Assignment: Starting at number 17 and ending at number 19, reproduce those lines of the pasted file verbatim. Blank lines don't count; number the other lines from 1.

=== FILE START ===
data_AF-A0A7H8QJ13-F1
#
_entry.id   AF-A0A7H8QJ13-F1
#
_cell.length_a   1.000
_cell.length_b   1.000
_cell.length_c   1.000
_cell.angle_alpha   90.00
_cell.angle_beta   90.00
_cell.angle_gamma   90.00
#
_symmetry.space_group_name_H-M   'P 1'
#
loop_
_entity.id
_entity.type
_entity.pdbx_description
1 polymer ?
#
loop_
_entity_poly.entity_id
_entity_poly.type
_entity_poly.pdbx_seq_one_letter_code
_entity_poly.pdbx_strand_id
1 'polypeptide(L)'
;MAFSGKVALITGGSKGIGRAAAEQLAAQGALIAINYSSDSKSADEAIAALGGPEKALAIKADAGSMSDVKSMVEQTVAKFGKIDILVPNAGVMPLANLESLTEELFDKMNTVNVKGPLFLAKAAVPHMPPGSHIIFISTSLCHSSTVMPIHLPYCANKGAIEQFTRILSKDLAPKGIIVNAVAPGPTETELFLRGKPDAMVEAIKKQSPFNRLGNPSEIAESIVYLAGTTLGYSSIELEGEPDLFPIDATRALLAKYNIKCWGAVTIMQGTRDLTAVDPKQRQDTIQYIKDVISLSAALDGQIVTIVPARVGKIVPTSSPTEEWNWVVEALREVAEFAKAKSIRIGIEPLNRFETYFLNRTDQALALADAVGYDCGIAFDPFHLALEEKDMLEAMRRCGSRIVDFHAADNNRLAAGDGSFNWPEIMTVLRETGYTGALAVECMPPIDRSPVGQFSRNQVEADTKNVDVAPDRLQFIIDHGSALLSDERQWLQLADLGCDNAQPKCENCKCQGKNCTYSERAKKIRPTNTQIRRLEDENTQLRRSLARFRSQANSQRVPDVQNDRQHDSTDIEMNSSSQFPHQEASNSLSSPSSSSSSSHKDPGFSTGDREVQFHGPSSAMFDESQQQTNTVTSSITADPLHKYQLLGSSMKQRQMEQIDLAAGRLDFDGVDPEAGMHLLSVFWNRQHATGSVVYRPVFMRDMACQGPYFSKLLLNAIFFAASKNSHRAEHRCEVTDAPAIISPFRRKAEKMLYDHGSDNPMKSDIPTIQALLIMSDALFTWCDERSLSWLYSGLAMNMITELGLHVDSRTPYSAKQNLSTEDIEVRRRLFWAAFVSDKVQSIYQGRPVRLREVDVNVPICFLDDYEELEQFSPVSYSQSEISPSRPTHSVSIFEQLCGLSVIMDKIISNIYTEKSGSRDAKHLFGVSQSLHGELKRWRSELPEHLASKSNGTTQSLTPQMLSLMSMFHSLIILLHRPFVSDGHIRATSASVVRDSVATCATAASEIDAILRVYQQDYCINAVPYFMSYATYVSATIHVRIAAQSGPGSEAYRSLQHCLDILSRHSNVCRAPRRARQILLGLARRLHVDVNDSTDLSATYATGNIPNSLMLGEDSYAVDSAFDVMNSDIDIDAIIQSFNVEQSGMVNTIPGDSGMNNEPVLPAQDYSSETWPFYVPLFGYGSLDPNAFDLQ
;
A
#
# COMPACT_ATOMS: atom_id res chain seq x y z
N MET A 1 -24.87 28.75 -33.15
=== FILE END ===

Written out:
_entity.pdbx_description
1 polymer ?
#